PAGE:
Friday, May 23, 2008
Succinctness < Clarity
Paul Graham has suggested that the great goal of a programming language should be succinctness.
On reflection, I would argue that if being succinct were truly the ne plus ultra of programming, we'd all be using APL. Alternately, we'd be using Lisp... but despite Paul Graham's obvious predilection for Lisp, it never became the language of choice for commercial software development. So why not?
As someone who (after earning a CS degree) has toiled in the trenches as a working programmer for a couple of decades, and who's also been a project manager for some of those years, what I've come to believe is simple if unexciting: terse languages are harder for normal human beings to maintain than simpler (and therefore more verbose) languages, and a necessary requirement for a commercially effective programming language is that programs written in it are simple enough for normal human beings to understand and maintain.
The first part of this argument speaks to the people who actually use computer languages in commercial environments to build functional software systems. Although universities attract the people who are comfortable enough with abstractions and theory that they can get used to content-rich procedural languages, businesses hire practical programmers who are most comfortable with simple imperative statements. Those are the folks who are available for hire to crank out code.
Not surprisingly, then, programming languages that clearly spell out what a computer should do become most popular among those who must not only write programs but who also need those programs to be understood and modified later by other typical programmers. Languages like Lisp and Prolog are too high-bandwidth; they are so succinct that they pack too much information into the typical page for the average programmer to grasp at a glance. This is also the problem with baroque Unix-flavored scripting languages like Perl -- a program that does anything useful is too dense for the normal business programmer to understand without spending a lot of time groveling over it.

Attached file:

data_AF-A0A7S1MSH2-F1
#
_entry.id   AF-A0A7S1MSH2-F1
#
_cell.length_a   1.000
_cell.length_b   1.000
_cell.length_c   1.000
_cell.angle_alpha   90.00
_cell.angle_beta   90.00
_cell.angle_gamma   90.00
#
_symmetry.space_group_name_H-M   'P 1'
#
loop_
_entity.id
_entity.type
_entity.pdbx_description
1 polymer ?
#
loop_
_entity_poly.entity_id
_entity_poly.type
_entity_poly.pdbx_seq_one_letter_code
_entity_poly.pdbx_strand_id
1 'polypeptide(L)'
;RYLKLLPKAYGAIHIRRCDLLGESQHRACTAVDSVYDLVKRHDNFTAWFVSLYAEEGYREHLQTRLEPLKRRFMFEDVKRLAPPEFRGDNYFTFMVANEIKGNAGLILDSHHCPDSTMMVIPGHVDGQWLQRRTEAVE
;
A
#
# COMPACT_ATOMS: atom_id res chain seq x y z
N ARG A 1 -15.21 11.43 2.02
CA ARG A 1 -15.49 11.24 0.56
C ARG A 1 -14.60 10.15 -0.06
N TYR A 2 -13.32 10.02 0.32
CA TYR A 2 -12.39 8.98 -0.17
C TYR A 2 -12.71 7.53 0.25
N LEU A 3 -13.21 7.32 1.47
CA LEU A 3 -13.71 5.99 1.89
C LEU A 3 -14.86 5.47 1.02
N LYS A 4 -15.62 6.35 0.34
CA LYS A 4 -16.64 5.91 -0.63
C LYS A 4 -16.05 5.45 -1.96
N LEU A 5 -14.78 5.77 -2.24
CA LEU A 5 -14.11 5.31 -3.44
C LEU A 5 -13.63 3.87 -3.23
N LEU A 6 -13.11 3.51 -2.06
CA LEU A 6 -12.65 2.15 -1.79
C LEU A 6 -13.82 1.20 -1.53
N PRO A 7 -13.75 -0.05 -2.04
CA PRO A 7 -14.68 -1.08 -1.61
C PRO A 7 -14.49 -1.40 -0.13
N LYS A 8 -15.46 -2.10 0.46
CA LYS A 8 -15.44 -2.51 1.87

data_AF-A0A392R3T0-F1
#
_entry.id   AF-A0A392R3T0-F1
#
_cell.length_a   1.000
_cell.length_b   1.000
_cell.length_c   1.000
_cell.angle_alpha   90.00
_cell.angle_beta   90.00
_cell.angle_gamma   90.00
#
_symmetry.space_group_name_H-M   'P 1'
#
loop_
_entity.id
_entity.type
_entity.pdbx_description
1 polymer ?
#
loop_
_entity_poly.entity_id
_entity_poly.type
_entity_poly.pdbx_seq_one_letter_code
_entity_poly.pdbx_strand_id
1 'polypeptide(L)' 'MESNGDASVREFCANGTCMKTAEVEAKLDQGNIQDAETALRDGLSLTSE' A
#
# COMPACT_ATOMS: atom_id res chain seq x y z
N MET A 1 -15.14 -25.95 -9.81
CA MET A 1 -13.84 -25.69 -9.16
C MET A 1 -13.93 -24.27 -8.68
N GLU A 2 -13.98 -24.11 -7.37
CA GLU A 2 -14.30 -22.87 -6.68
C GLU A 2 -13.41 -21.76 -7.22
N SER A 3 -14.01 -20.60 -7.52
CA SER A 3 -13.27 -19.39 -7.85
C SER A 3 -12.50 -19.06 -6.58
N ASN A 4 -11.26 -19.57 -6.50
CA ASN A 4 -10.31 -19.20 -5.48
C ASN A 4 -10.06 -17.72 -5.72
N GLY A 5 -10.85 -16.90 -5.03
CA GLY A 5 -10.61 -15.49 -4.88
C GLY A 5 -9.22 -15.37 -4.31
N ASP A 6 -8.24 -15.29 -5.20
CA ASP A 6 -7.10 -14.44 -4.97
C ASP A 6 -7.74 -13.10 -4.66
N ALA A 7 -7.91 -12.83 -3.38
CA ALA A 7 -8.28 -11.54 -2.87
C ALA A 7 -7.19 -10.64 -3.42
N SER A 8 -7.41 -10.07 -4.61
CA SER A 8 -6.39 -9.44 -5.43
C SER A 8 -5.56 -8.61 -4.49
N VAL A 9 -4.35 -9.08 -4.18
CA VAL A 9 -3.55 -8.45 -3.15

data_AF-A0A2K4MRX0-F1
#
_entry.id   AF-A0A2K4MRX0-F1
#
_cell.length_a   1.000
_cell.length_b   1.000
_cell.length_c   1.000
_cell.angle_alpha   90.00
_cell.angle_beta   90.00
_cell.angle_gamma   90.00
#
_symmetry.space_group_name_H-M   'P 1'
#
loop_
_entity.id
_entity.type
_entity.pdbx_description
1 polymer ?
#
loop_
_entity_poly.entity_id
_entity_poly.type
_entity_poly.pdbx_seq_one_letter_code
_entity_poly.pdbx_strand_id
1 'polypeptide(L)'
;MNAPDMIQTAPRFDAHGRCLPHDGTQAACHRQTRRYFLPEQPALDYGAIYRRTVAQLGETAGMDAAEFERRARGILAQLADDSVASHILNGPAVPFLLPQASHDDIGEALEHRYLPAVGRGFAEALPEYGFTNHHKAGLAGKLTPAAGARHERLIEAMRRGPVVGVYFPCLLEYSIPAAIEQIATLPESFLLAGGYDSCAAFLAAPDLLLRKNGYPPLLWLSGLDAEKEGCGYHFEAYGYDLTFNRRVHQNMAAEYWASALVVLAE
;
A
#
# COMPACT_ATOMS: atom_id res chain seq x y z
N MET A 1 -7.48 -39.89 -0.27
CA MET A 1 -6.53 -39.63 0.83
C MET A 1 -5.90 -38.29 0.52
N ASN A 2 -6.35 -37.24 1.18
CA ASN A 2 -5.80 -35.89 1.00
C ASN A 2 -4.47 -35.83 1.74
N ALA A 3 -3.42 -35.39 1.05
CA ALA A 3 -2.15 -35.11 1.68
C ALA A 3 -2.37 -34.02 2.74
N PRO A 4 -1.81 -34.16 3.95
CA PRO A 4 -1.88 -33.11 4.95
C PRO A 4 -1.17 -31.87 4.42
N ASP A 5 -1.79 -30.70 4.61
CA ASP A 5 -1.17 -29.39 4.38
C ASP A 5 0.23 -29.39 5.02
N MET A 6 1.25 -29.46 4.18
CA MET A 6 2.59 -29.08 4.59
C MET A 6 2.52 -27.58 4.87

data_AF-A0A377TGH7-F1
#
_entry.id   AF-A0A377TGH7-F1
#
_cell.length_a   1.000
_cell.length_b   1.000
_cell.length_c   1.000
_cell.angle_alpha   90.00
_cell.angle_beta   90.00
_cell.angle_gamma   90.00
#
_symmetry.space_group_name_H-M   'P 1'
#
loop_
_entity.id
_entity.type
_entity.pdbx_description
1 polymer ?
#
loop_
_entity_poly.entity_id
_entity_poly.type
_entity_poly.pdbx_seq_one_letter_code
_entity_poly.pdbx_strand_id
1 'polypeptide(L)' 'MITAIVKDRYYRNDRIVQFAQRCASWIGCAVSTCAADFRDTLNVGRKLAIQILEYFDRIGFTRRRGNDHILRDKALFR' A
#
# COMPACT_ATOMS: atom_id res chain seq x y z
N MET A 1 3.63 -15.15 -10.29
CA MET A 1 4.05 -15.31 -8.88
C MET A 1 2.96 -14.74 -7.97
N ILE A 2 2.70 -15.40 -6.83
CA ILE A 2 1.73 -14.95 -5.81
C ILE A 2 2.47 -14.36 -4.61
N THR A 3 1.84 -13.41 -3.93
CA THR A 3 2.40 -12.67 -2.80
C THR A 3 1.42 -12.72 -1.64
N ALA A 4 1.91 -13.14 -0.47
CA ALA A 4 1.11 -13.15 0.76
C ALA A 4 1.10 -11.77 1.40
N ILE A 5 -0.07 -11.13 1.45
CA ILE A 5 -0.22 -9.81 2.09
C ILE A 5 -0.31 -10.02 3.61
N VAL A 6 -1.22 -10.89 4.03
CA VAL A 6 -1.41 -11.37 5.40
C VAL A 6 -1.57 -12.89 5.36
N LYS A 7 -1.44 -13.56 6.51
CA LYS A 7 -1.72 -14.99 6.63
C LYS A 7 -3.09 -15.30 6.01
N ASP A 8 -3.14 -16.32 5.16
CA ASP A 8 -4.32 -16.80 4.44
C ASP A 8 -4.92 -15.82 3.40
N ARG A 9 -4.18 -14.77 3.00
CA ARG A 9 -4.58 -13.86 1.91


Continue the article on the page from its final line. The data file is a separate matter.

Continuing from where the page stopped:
The second part of this argument concerns the value of apparent verbosity. Why does English retain articles like "the" and "an?" We don't need them -- other human languages don't have them -- but we still use them. I'd submit that these bits of syntactic sugar survive because they have value in understanding speech. They give our brains time to comprehend the nouns and verbs we hear before the next batch come at us. Similarly, I would not be surprised that more "verbose" languages like C and Java survive (and even thrive) in commercial environments versus more succinct languages like Lisp because the former are designed to have enough filler to allow the average programmer to understand one page's worth of the typical program.
That's not to say "more filler equals better language." There's a limit beyond which you wind up fighting with the formalisms instead of coding useful commands (see COBOL). Instead, what I think this means is that there is a proper balance point between succinctness and clutter. A commercially effective programming language will include some simple connective elements in addition to the verbs and nouns so that the average person who gets hired as a programmer isn't overwhelmed by pure content.
In summary, then, I can't agree that succinctness is a proper goal for a commercial programming language. I'd never claim that BASIC or C or Java are perfect languages; I've had my compaints about all of them from time to time. But I would say that those languages have enjoyed their times of popularity for business software development in part because they are not succinct, because they put just enough of the right content on a display page to allow the average working programmer to understand what that piece of code is supposed to be doing.
If there's a word that describes that quality, perhaps it's "clarity." That doesn't quite capture the nuances of "balance between content and syntactic separators" I'm looking for, but it's close.
So as an alternative viewpoint, I'd have to say that in a business environment I'll take clarity of code over pure succinctness any day. I can get more work done with a programming language designed to generate programs that the average programmer can understand than I can with a language whose code is so elegant that only the highly-trained expert can grok it.